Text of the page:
Christmas Island lizards on the road to recovery

The Blue-tailed Skink is endemic to Christmas Island. Photo: Parks Australia

The blue-tailed skink is endemic to Christmas Island. Photo: Parks Australia

Christmas Island lizards are on their way back from the brink of extinction, but before they can roam free, more work needs to be done, says Emily Heber, a recent graduate from UC Santa Barbara with a BS in Zoology.

Christmas Island, located northwest of Australia in the Indian Ocean, is known globally for its biodiversity and striking native wildlife. The island is home to a variety of species found nowhere else in the world. Among these endemic species were four species of lizards that up until the 1970s had stable populations. Today, none of these lizards can be found in the wild and two of the island populations are presumed extinct.

Until the 1970s the blue-tailed skink (Cyptoblepharus egeriae), Christmas island forest Skink (Emoia nativitatis), Lister’s gecko (Lepidodactylus listeri), and coastal skink were found throughout the island. Records reveal that a dramatic decline took place on Christmas Island. Researchers point to the introduction of invasive predators such as invasive feral cats, giant centipedes, wolf snakes, and yellow crazy ants as the cause.

In 2009, Parks Australia collected as many lizards from the island as possible to begin a captive breeding program. The lizard collection showed promise for some species, but may have been too late for others. The rangers recovered 64 blue-tailed skinks, 43 Lister’s geckos, and three forest skinks. The three forest skinks were all females, the last of which died in 2014, and the species is now presumed to be extinct.

Researchers did not locate any coastal skinks, but the species survives on neighboring islands. Since then, populations in captivity have grown. Dr John Woinarski at Charles Darwin University in Australia commented:

“The captive population…continues to increase…The populations of blue-tailed skinks have recently passed 1000 individuals, and there are now over 900 Lister’s geckos.”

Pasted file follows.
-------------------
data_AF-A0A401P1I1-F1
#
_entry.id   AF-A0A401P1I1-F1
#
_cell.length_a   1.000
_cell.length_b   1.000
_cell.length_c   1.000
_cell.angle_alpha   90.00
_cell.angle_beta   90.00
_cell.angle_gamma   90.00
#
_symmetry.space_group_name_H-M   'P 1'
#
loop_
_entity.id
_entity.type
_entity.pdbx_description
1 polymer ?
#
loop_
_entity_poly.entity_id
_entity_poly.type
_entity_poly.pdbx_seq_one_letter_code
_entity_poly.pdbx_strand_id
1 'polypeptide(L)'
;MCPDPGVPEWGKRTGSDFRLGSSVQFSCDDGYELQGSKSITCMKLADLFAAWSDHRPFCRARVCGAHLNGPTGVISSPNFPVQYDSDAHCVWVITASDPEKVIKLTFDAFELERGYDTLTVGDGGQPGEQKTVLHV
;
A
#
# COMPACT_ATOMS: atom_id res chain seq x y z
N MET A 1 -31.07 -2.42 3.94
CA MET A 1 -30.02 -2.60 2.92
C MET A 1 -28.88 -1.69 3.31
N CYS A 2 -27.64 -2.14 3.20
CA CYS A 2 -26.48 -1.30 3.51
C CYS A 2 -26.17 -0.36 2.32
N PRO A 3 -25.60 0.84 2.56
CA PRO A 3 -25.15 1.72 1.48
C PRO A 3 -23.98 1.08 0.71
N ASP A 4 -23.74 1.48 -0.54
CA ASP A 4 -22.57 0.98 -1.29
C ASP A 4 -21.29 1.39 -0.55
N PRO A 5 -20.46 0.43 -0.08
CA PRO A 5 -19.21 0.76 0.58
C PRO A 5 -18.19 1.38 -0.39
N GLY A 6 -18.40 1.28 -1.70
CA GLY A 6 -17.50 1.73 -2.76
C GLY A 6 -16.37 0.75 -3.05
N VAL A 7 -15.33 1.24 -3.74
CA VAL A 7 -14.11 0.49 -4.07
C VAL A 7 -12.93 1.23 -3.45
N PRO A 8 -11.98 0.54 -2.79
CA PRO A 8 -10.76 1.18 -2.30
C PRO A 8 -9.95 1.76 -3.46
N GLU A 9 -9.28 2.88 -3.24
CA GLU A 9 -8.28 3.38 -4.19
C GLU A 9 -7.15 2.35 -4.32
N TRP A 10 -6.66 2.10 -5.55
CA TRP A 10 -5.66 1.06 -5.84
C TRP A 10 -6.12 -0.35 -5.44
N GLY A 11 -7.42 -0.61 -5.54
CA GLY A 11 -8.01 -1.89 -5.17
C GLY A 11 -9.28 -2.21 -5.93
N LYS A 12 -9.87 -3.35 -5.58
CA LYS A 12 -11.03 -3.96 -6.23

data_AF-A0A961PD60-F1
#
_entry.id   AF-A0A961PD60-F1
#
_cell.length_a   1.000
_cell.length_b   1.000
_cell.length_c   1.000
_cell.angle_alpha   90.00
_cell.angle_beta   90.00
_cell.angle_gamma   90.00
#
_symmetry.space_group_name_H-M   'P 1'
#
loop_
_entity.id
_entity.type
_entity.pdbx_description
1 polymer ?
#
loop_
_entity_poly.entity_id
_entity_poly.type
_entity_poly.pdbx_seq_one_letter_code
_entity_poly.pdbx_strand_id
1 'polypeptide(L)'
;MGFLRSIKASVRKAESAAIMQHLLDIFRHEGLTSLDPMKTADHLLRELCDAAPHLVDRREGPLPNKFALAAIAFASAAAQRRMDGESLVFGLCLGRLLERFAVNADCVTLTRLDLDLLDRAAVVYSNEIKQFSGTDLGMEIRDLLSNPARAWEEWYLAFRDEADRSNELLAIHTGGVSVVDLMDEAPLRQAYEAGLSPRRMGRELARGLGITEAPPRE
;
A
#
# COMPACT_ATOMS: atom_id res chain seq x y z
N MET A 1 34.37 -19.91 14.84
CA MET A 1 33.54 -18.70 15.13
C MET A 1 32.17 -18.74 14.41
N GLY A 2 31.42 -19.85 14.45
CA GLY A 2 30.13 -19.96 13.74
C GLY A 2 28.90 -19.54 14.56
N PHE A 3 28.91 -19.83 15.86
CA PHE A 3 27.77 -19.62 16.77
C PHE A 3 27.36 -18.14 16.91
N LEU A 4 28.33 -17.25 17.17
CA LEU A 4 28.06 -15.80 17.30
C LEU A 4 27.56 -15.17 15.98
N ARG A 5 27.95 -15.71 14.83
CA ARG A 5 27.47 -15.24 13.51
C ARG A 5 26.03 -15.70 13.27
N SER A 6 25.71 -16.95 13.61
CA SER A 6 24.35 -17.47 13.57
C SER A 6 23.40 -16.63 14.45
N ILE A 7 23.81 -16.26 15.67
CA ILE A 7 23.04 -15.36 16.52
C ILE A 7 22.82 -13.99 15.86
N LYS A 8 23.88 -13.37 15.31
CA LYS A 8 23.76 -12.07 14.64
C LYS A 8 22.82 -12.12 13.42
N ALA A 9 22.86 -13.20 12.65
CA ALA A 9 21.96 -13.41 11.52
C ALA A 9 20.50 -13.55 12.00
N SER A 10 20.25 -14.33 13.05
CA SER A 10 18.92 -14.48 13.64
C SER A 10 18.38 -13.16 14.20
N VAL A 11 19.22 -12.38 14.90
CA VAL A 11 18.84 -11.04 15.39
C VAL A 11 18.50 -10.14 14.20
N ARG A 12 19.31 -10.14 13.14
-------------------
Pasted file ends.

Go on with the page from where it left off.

Increased captive breeding populations give hope for the future return of the species to Christmas Island, but before a release can take place it is crucial to confirm the key drivers in the lizards’ initial declines. By analyzing the pattern of lizard decline in relation to the presence of invasive species, researchers suspect that the invasive wolf snake is largely responsible. For the lizard species to return to the wild, the invasive species driving their declines must be removed. Only then can the lizards of Christmas Island thrive.

This story first appeared on the Island Conservation website, with whom we are working to accelerate action on invasive species to protect our precious island environments in Australia and the South West Pacific.

About the author

Emily is a recent graduate from UC Santa Barbara with a BS in Zoology. As a student, she discovered that she had a passion for the conservation of endangered species and their ecosystems. Her background in informal education has allowed her the opportunity to share her passion for animals with others, something she seeks to continue doing while working with the communication team. She has been obsessed with the ocean ever since she was a little kid visiting the Monterey Bay Aquarium. In her spare time, Emily enjoys exploring the amazing hiking trails found in Santa Cruz and tries to SCUBA dive whenever possible. Emily is excited to join the Island Conservation team and to help share the amazing work that is being done here.

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